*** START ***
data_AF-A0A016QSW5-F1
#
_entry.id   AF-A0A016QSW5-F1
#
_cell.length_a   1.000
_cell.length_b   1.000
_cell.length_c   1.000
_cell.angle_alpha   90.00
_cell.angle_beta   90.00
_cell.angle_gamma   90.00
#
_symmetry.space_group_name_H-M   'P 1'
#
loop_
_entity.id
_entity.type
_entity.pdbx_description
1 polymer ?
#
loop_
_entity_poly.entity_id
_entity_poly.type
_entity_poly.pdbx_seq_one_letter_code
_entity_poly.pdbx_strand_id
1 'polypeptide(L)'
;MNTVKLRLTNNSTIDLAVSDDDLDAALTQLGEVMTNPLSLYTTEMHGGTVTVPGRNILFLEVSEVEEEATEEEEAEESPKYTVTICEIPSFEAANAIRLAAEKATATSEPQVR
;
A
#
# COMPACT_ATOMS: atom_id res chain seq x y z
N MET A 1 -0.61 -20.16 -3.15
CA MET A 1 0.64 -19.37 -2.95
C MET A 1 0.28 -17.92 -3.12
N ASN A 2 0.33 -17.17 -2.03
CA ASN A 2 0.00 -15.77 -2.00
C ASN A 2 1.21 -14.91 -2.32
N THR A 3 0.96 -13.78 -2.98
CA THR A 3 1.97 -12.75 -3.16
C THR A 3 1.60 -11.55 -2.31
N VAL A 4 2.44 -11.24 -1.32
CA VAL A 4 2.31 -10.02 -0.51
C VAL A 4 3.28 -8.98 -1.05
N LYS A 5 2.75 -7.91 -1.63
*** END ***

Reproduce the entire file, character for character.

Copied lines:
data_AF-A0A016QSW5-F1
#
_entry.id   AF-A0A016QSW5-F1
#
_cell.length_a   1.000
_cell.length_b   1.000
_cell.length_c   1.000
_cell.angle_alpha   90.00
_cell.angle_beta   90.00
_cell.angle_gamma   90.00
#
_symmetry.space_group_name_H-M   'P 1'
#
loop_
_entity.id
_entity.type
_entity.pdbx_description
1 polymer ?
#
loop_
_entity_poly.entity_id
_entity_poly.type
_entity_poly.pdbx_seq_one_letter_code
_entity_poly.pdbx_strand_id
1 'polypeptide(L)'
;MNTVKLRLTNNSTIDLAVSDDDLDAALTQLGEVMTNPLSLYTTEMHGGTVTVPGRNILFLEVSEVEEEATEEEEAEESPKYTVTICEIPSFEAANAIRLAAEKATATSEPQVR
;
A
#
# COMPACT_ATOMS: atom_id res chain seq x y z
N MET A 1 -0.61 -20.16 -3.15
CA MET A 1 0.64 -19.37 -2.95
C MET A 1 0.28 -17.92 -3.12
N ASN A 2 0.33 -17.17 -2.03
CA ASN A 2 0.00 -15.77 -2.00
C ASN A 2 1.21 -14.91 -2.32
N THR A 3 0.96 -13.78 -2.98
CA THR A 3 1.97 -12.75 -3.16
C THR A 3 1.60 -11.55 -2.31
N VAL A 4 2.44 -11.24 -1.32
CA VAL A 4 2.31 -10.02 -0.51
C VAL A 4 3.28 -8.98 -1.05
N LYS A 5 2.75 -7.91 -1.63